The Beck crowd also don’t much care for urban intellectuals, for these tend to be “politically correct” and “liberal.” These don’t pray on their knees, if at all. They mix with other races. Some of them are gay. Spengler despised liberalism, which he saw as a gateway drug to all forms of decadence: pacifism, nihilism, freedom of the press, even jazz and “negro dances.” Spengler complained that liberals were striving for "the greatest happiness of the greatest number." How dreadful. Enfeebled by liberalism, the white race was becoming vulnerable to usurpation by the “Yellow-Brown-Black-Red menace.” Spengler lamented, “How far in fact have the white nations advanced towards pacifism? Is the outcry against war an intellectual gesture or a serious abdication from history at the cost of dignity, honour, liberty? Yet life is war.”
A war between the races, that is. Within each race, however, there is also a threat from below, from the riff raff, less refined elements of society, especially the types that swarm and fester in the city. Spengler, “The Western Civilization of this century is threatened, not by one, but by two world revolutions of major dimensions. In both their real compass, their profundity, and their workings have so far escaped recognition. The one comes from below, the other from without: class war and race war.”
Today, what do we have but a black, supposedly Socialist president? One who’s also a Muslim, as 18% of Americans somehow manage to believe. To protest against this darkness, this Spengler’s nightmare come to life, many disturbed citizens drove hundreds of miles to our nation’s capital, though not without trepidation, since it has a 55% black population. It will be worth it, since there, on that vast, white stage, is a normal looking, somewhat sexy white woman, soccer mom, deer hunter and breeder of combat soldiers. On top of that, she comes from one of the whiter states, so her values are OK. Sarah supports big oil and big military, just like Obama, actually, but he’s only faking it. Dude’s a Socialist. In two years, all of this will be over.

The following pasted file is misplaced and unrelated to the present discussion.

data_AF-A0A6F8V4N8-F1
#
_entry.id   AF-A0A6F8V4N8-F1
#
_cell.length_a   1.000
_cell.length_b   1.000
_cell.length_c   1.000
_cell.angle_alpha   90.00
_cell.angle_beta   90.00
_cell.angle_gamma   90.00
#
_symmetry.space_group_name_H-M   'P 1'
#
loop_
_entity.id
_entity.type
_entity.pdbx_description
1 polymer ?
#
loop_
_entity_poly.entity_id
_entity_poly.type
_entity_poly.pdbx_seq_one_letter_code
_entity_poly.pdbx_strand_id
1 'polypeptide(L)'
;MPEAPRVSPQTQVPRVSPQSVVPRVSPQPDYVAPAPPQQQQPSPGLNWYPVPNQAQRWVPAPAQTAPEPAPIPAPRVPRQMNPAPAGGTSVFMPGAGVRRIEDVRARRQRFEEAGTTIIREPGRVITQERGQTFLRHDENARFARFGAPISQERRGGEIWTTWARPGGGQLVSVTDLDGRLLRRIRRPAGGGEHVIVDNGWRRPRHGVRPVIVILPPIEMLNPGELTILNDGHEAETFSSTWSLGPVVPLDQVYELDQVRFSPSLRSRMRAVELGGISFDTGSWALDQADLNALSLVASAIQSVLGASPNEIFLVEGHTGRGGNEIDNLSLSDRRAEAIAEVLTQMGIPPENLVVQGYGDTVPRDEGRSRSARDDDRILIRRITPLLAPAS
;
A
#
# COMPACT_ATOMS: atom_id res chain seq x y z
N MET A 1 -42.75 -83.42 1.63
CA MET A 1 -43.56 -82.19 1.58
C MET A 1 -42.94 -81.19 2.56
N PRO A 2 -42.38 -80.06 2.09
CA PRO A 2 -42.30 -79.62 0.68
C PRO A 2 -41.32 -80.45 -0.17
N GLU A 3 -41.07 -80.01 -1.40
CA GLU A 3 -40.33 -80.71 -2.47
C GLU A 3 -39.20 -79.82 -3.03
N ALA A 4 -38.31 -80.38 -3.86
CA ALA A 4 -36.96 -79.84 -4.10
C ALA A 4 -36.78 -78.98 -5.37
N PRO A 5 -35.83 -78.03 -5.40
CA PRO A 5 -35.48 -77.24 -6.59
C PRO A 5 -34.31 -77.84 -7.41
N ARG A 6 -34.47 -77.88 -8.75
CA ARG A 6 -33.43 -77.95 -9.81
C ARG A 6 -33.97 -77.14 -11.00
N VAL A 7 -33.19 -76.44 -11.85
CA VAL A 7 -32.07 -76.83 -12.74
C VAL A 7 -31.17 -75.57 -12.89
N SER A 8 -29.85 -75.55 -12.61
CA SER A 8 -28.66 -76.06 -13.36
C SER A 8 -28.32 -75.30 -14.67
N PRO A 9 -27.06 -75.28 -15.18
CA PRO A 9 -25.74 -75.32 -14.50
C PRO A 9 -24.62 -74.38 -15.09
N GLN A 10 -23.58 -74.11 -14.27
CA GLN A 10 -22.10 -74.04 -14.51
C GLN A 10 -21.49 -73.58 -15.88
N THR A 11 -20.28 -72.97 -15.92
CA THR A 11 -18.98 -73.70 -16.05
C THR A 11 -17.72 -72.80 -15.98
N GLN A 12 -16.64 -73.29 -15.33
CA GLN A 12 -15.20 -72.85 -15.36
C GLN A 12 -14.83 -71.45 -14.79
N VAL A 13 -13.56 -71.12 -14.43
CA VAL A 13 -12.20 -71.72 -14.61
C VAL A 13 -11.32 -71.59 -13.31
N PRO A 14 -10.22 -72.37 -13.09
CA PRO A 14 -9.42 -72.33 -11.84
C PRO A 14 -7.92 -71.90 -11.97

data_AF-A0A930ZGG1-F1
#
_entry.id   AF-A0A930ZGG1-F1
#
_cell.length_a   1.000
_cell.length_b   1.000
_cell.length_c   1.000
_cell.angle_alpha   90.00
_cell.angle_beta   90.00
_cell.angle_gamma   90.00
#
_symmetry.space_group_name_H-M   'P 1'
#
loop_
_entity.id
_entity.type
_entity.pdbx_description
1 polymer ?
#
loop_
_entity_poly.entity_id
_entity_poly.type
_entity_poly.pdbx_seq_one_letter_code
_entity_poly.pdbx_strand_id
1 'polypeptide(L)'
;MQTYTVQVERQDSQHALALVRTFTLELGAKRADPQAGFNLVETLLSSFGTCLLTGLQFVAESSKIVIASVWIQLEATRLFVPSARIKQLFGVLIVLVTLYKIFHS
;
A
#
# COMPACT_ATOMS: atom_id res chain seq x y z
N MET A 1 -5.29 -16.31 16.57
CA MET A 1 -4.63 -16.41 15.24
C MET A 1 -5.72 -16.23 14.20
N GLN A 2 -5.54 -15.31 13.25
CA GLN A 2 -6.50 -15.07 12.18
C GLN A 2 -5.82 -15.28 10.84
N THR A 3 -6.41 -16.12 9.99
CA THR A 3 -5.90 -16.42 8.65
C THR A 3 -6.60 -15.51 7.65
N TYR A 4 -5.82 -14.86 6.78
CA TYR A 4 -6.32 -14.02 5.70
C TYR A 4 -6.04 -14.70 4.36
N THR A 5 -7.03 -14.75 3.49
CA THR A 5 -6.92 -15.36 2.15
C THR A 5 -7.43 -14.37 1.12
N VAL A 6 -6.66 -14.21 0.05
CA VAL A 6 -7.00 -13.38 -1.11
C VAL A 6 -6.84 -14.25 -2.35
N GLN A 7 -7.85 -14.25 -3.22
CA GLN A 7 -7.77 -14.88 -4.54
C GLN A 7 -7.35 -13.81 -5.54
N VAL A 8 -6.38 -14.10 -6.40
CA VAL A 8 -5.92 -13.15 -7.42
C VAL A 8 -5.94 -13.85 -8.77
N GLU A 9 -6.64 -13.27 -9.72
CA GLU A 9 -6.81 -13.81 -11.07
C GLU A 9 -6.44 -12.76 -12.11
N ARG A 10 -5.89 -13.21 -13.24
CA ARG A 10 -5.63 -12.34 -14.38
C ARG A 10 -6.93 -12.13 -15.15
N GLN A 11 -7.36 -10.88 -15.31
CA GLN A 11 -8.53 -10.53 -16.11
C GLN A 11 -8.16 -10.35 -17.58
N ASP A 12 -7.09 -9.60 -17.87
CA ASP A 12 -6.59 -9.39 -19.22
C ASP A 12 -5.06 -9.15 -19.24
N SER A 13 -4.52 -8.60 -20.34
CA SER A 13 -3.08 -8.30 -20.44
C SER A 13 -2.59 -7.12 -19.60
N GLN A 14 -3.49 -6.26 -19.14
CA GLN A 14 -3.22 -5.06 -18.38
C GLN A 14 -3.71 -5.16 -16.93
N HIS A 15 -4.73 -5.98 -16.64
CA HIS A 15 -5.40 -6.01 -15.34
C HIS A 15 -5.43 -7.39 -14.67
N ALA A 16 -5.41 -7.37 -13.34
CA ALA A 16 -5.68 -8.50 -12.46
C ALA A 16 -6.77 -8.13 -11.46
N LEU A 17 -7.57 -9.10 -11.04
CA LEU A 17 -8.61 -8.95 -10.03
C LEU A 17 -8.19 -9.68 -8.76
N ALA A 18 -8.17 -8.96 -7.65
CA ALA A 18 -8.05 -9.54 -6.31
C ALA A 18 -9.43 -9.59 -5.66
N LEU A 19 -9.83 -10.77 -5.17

According to Spengler, no dialogue or cooperation is possible between the different races or classes. The life of Martin Luther King proves that he was dead wrong.
Tuesday, August 31, 2010
As published on Common Dreams and Online Journal, 8/31/10:
- Linh Dinh
- Born in Vietnam in 1963, I lived mostly in the US from 1975 until 2018, but have returned to Vietnam, where I live in remote Ea Kly. I've also lived in Italy, England and Germany. I'm the author of a non-fiction book, Postcards from the End of America (2017), a novel, Love Like Hate (2010), two books of stories, Fake House (2000) and Blood and Soap (2004), and six collections of poems, with a Collected Poems apparently cancelled by Chax Press from external pressure. I've been anthologized in Best American Poetry 2000, 2004, 2007, Great American Prose Poems from Poe to the Present, Postmodern American Poetry: a Norton Anthology (vol. 2) and Flash Fiction International: Very Short Stories From Around the World, etc. I'm also editor of Night, Again: Contemporary Fiction from Vietnam (1996) and The Deluge: New Vietnamese Poetry (2013). My writing has been translated into Japanese, Italian, Spanish, French, Dutch, German, Portuguese, Korean, Arabic, Icelandic and Finnish, and I've been invited to read in Tokyo, London, Cambridge, Brighton, Paris, Berlin, Leipzig, Halle, Reykjavik, Toronto, Singapore and all over the US. I've also published widely in Vietnamese.